Committee accuses BA of ‘calculated’ bid to shed staff during crisis
Cross-party parliamentarians in the UK have sharply criticised British Airways’ restructuring measures in the wake of the coronavirus pandemic, accusing the airline of a “calculated” attempt to use the crisis to weaken employees’ terms and cut jobs.
The transport select committee’s inquiry into the impact of the pandemic on the aviation sector has issued a harsh verdict against the airline, calling its attitude towards personnel a “national disgrace”.
“It falls well below the standards we would expect from any employer, especially in light of the scale of taxpayer subsidy, at this time of national crisis,” the committee says.
BA is consulting on cuts of up to 12,000 jobs and to downgrade the terms and conditions of approximately 35,000 employees, it states.
Parent company IAG’s chief executive, Willie Walsh, had stressed several times during testimony to the committee that the company had not made any final decisions on job restructuring, and stated – giving little detail on the numbers involved – that it was conducting its consultations in line with the law.
While the committee acknowledges that job losses in the airline sector might be “inevitable”, it has questioned the motivations of those that have already moved to declare redundancies – having heard from unions, including the pilots’ association BALPA, that carriers were trying to “take advantage” of the crisis to reduce their workforce unnecessarily.
Under-secretary of state for transport Kelly Tolhurst, in a statement to parliament on 3 June, had pointed out that the government’s job-retention scheme – under which it funds the wages of furloughed employees – was not intended as a mechanism to enable companies to prepare those personnel for redundancy. But the committee itself acknowledges that this practice is in line with the government’s own guidance, even if ministers disapprove.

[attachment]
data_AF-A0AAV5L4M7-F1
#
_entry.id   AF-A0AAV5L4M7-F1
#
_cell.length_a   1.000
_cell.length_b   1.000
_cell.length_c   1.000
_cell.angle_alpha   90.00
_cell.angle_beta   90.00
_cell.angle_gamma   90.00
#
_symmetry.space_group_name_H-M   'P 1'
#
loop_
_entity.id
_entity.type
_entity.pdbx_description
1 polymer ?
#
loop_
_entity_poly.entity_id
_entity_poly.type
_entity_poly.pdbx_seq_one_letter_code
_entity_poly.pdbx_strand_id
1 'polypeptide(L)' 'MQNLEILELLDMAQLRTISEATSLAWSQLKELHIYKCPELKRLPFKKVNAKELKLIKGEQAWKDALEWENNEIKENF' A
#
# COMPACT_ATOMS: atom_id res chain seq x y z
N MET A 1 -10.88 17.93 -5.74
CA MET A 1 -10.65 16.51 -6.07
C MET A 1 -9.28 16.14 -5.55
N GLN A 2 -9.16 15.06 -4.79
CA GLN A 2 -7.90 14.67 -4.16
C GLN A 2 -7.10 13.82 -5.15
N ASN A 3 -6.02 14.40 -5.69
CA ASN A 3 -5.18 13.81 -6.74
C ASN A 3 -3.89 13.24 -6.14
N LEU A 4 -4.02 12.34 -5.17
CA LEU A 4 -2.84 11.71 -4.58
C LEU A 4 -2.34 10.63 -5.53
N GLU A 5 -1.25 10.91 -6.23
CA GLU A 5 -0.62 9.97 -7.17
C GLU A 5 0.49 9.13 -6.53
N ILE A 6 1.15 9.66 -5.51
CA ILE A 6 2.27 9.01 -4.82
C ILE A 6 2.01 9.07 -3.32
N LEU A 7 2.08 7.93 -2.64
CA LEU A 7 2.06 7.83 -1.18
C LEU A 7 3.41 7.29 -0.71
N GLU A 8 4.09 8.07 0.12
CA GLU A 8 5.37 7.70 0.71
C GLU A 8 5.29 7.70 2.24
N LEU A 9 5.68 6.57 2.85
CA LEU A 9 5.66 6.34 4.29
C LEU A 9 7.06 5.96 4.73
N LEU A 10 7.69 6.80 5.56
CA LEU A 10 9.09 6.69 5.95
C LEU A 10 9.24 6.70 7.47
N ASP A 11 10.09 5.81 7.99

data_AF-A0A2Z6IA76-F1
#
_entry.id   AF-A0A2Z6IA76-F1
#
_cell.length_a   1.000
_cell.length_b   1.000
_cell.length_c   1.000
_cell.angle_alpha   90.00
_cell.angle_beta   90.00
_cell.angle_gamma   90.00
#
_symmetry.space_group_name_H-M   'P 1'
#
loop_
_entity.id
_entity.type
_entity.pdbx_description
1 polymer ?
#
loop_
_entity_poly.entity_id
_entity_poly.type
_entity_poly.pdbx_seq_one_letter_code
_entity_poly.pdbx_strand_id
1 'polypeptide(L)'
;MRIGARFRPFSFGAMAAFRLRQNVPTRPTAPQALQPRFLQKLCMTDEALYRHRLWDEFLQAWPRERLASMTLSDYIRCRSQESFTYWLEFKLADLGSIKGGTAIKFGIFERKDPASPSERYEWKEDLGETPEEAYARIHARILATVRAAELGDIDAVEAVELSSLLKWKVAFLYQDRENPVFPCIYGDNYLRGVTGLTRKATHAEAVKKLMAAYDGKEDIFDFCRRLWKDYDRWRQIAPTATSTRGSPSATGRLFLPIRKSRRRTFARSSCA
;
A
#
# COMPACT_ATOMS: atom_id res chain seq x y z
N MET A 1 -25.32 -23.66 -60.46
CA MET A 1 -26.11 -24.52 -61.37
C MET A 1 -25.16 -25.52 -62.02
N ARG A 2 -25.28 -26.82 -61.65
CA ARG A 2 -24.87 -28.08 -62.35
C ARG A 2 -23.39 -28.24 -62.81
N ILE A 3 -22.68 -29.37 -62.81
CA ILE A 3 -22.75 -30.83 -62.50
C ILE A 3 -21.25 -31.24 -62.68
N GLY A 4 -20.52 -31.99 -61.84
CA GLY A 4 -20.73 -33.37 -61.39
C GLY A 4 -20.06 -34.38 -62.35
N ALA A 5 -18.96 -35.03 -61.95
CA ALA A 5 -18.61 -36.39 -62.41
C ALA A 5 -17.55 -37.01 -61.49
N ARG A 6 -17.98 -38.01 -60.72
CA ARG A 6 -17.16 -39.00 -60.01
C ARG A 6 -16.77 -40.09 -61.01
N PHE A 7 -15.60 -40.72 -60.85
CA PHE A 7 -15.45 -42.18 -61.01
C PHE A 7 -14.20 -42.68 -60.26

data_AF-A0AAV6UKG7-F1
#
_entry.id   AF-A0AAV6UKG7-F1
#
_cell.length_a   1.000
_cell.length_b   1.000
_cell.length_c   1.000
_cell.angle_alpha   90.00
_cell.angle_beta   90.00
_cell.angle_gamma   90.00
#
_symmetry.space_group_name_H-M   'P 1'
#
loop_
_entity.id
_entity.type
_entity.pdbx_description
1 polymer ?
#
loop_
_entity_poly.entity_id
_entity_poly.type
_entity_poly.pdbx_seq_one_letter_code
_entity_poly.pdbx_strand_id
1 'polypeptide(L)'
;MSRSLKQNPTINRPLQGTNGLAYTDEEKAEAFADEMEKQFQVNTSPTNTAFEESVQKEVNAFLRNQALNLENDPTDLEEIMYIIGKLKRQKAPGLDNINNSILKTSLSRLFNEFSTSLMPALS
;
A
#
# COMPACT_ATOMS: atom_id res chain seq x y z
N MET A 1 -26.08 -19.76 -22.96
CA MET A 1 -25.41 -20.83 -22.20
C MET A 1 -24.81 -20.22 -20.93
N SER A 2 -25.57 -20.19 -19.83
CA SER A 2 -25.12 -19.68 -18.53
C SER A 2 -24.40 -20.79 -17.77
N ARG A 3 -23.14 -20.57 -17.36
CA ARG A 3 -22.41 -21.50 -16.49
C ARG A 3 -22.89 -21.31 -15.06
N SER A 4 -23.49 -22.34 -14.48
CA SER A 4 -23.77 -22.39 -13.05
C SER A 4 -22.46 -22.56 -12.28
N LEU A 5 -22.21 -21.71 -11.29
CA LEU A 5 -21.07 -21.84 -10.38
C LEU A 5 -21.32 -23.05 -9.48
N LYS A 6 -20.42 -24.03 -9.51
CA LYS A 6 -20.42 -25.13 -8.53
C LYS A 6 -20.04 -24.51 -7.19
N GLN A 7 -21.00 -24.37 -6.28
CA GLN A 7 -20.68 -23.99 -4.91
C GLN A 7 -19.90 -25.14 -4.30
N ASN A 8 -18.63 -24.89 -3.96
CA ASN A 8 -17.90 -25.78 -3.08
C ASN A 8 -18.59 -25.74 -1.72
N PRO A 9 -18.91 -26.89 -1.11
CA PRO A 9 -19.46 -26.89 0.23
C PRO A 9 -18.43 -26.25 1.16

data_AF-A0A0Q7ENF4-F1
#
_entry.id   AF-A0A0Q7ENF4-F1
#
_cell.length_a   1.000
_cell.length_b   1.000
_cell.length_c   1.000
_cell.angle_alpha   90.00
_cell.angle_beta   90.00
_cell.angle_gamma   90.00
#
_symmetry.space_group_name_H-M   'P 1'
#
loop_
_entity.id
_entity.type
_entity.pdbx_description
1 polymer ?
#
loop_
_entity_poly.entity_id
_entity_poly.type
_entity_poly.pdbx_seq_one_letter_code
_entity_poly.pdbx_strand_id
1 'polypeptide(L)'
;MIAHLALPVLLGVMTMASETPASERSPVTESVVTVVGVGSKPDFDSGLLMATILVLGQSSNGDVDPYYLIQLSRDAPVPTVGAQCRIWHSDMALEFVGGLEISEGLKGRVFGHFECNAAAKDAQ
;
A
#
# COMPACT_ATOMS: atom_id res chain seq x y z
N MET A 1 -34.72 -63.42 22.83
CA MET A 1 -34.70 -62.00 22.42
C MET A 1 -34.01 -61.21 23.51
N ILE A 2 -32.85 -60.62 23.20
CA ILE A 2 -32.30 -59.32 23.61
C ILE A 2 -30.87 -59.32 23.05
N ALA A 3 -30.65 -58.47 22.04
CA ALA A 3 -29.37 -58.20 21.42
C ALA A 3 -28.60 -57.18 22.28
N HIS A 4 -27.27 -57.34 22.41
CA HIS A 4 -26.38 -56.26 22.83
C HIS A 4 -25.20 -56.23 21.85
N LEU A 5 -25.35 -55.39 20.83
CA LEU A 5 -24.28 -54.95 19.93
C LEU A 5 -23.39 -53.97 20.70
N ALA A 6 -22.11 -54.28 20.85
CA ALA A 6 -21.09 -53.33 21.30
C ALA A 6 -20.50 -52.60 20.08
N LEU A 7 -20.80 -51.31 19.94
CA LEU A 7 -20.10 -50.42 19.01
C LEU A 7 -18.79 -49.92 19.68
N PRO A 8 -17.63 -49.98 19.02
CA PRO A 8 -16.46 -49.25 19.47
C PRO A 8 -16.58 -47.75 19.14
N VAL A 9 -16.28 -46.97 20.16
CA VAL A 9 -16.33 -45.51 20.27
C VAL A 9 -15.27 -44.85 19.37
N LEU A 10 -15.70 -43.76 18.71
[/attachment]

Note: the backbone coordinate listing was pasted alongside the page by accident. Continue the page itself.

Part of the problem, the committee notes, is that companies are having to make decisions without clarity information on the resumption of air travel.
It is urging airlines not to make redundancy decisions “prematurely” and to wait until there is “clearer information” on the recovery period, and avoid “hastily” proceeding with large-scale job cuts at least until the job-retention scheme ends in October.
BA’s consultation is due to end on 15 June, the committee says. It states that the airline is consulting on meeting minimum statutory obligations on redundancy pay, given the expense of enhanced voluntary redundancy, and to revise various aspects of employment procedures for remaining personnel. The airline is also discussing temporary lay-off for cabin crew and amended rostering for pilots.
If the carrier cannot reach agreement on the proposals, it would effectively make all staff redundant and re-employ a proportion of them under new terms – a process which has been described by unions as “fire and rehire”.
The committee is pressing BA to extend consultation periods to allow all parties to examine the staffing changes in the context of government plans to assist the air transport sector. But Walsh had already told the committee that the airline needed to act immediately to preserve jobs, and would not put the consultation on hold.
Walsh refuted the claim that BA and IAG were exaggerating the scale of the problems it faced, in a letter to the committee.
“However, he did not provide any reassurance that BA staff would have their pay, terms and conditions restored, should the company’s financial situation improve after the pandemic,” it adds.
Over half of BA staff, some 22,000 personnel, have been furloughed under the job-retention scheme and the airline had benefited from £35 million funding under the scheme by mid-May. The airline has also secured £300 million from the government’s corporate financing scheme for businesses affected by the coronavirus crisis.
BA has not approached the government for a bespoke funding support package, the committee notes.